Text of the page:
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Drawing a model in 3D is different from drawing an image in 2D. This introduction to drawing basics and concepts explains a few ways you can create edges and faces (the basic entities of any SketchUp model). You also discover how the SketchUp inference engine helps you place those lines and faces on your desired axis.
Table of Contents |
Use the Line tool to draw edges (also called line entities). Edges form the structural foundation of all models. Here’s how to draw a line:
You can edit the length of a line as long as it doesn’t bound a face. Here’s how to edit a line:
When you join several lines into a shape, they form a face.
Not a funny face, or a scary clown face, or even a cute puppy face. By default, faces are plain, but super important: They’re the other half of the duo, edges and faces, which enable every SketchUp model ever made to exist.
When you draw a line (or a curve) on an existing face, you split the face.
You can erase an edge or face to create an opening in a shape. To see how erasing an edge affects your model, first select the Eraser tool () in the toolbar or press the E key, and then click an edge:
In the figure, you see the original cube and how erasing an edge or face changes the cube.
If you accidentally delete a face, here’s how to bring it back:
SketchUp has an inference engine that helps you work in 3D space. For example, when the Line tool cursor is hovering over the midpoint of another line, the inference engine tells you by displaying a light blue dot and ScreenTip that says, “Midpoint,” as shown here. Every inference has its own color and ScreenTip. (See Knowing your inference types for a full list.)
The inference engine can also help you find geometric relationships between lines. For example, it tells you when a line you’re drawing is perpendicular to another line. In the following figure, notice that a colored dot also appears at the start point of the line, giving you a few bits of information all at once.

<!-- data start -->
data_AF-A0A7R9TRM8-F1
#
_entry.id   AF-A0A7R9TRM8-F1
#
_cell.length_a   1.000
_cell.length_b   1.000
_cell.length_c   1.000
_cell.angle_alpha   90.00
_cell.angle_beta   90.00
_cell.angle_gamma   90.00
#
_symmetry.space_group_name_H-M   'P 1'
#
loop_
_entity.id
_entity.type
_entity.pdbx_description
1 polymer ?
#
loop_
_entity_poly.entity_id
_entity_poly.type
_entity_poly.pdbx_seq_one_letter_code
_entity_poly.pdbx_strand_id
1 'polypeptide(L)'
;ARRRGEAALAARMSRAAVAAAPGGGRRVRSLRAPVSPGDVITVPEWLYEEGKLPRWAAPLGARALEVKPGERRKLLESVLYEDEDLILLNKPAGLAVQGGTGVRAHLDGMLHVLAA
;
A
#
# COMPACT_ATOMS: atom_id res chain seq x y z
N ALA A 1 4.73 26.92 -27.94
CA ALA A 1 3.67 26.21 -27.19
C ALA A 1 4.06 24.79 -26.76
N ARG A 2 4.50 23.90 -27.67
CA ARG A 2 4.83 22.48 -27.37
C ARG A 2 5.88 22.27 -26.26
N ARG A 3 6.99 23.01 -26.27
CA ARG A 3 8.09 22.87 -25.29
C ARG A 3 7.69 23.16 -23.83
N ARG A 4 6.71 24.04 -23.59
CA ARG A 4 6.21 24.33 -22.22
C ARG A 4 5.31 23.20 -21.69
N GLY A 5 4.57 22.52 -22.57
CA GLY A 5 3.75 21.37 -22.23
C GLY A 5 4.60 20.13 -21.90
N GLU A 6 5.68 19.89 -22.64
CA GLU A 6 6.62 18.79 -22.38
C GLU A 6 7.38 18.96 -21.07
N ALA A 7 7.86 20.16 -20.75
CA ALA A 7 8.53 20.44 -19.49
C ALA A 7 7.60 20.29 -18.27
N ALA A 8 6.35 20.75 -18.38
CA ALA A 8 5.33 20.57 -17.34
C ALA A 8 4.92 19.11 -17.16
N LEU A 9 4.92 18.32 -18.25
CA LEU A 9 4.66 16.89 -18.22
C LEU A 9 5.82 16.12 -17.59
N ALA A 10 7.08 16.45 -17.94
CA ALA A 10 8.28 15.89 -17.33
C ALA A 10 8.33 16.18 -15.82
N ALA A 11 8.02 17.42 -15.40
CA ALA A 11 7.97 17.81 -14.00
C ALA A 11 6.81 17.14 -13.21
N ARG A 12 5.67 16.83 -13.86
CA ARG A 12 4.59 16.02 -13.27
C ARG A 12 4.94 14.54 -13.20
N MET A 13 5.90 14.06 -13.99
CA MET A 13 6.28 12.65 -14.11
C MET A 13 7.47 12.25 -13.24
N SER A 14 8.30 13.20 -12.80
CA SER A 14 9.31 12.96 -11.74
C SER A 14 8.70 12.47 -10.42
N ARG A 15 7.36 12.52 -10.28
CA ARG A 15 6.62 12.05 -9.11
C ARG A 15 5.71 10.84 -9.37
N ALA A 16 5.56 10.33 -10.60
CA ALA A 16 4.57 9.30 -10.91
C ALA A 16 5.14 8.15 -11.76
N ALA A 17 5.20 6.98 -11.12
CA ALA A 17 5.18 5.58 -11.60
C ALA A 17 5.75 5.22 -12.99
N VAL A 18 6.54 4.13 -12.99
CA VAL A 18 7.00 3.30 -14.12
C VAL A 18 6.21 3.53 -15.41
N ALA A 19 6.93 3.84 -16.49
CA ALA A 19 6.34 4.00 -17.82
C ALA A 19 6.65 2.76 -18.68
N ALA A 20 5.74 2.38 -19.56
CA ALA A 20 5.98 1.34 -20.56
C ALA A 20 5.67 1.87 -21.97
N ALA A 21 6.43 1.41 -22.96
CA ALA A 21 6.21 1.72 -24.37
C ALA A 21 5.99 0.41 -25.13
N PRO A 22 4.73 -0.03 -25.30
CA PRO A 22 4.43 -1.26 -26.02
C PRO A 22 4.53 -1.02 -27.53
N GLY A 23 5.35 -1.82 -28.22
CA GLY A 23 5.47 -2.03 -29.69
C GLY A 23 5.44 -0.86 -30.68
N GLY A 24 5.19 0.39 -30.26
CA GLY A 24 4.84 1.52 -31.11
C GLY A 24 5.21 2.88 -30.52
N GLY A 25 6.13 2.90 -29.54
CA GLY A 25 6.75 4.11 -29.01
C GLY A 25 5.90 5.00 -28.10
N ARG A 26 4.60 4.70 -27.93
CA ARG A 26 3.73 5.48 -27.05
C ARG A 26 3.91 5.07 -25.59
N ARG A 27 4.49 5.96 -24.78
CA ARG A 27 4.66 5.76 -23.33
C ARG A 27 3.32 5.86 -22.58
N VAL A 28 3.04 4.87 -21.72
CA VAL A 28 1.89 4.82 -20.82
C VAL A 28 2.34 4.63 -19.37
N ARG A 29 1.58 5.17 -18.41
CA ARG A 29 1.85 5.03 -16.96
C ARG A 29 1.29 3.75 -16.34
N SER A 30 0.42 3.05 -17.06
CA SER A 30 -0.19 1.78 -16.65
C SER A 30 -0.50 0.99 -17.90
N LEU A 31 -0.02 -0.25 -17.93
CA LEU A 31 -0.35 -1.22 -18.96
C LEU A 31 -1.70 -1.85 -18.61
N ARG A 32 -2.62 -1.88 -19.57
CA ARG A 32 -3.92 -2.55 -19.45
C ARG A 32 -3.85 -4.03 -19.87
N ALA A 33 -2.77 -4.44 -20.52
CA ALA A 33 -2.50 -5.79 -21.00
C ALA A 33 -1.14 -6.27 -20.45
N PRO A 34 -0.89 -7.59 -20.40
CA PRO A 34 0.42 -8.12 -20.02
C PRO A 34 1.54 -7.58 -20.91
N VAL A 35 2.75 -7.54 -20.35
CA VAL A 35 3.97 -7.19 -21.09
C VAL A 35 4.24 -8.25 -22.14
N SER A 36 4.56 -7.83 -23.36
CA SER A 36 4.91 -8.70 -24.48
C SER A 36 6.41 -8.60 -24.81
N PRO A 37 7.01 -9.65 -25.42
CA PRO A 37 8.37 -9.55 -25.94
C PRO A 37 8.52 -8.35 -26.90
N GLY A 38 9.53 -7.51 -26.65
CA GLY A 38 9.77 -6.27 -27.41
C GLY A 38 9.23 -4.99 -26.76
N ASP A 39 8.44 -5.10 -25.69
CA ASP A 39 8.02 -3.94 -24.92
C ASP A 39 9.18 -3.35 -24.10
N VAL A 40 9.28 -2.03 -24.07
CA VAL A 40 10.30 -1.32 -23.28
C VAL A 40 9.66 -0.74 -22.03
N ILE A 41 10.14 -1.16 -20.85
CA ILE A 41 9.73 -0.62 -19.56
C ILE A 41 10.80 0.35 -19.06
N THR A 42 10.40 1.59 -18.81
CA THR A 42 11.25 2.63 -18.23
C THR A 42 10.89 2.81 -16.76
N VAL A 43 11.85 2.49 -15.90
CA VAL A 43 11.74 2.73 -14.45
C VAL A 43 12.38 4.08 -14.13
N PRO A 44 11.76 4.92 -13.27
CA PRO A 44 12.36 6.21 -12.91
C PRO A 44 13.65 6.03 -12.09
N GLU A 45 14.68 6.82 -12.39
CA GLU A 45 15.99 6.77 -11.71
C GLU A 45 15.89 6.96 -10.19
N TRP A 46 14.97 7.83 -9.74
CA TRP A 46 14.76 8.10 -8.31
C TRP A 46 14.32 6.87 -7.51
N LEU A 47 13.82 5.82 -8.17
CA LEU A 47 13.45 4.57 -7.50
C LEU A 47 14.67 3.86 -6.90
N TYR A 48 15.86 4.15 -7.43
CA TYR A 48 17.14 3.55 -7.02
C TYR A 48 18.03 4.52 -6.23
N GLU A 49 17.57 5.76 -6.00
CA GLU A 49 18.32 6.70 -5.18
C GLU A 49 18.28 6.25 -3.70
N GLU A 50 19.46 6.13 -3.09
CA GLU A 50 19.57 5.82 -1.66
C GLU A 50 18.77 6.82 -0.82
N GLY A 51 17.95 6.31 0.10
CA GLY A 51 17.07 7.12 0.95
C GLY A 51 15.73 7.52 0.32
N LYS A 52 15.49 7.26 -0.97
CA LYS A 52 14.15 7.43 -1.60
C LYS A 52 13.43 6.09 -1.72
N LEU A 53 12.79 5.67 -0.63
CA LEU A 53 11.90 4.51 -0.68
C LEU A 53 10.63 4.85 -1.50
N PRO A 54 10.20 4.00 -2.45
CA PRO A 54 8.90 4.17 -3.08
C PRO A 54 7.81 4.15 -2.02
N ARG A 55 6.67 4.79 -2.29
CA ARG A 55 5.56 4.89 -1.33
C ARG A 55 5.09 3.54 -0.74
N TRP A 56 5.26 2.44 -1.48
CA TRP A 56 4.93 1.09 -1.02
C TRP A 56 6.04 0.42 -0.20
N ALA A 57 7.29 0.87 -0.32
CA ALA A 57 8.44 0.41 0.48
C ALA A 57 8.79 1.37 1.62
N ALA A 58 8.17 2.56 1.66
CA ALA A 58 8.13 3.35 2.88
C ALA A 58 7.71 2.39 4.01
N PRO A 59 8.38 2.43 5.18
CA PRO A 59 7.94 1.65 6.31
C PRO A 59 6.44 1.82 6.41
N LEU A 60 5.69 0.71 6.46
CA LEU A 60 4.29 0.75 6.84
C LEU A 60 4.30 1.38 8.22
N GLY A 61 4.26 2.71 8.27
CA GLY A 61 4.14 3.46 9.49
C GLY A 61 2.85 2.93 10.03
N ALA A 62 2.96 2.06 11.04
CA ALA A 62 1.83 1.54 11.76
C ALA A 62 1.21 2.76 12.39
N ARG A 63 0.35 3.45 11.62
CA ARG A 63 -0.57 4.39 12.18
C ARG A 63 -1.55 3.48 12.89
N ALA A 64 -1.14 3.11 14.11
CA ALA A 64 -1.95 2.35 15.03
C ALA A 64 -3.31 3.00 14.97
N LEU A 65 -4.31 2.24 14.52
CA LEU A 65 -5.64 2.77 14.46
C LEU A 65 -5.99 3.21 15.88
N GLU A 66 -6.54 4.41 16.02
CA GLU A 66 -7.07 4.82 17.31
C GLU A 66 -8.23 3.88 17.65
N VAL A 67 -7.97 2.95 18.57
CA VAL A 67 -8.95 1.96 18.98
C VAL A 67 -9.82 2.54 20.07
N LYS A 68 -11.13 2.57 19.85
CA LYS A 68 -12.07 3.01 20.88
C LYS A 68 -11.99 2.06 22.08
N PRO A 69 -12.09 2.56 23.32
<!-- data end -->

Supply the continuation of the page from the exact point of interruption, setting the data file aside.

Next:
SketchUp displays several types of inferences: point, linear, and shape. SketchUp often combines inferences together to form a complex inference. Also, components and dynamic components have their own inference types.
A point inference is based on the exact point of your cursor in your model. The following table lists the point inference types.
Point Inference Type | What It Looks Like | What It Means |
---|---|---|
Endpoint | End of a line or arcEnd of a line, arc, or arc segment | |
Midpoint | Middle point on a line or edgeMiddle point on a line, edge, or arc segment | |
Arc Midpoint | Middle point on an arc | |
Intersection | Point where a line intersects another line or face | |
Intersection with Hidden Section | Point where an edge that is generated by a hidden section plane intersects with the drawing tool | |
On Face | A point that lies on a face | |
On Edge | A point that lies on an edge | |
Center | Center of a circle or arcCenter of a circle, arc, or polygon | |
Guide Point | A guide point | |
On Line | A point along a guide line |
A linear inference snaps along a line or direction in space. In addition to a ScreenTip, a linear inference sometimes displays a temporary dotted line while you draw.
Linear Inference Type | What It Looks Like | What It Means |
---|---|---|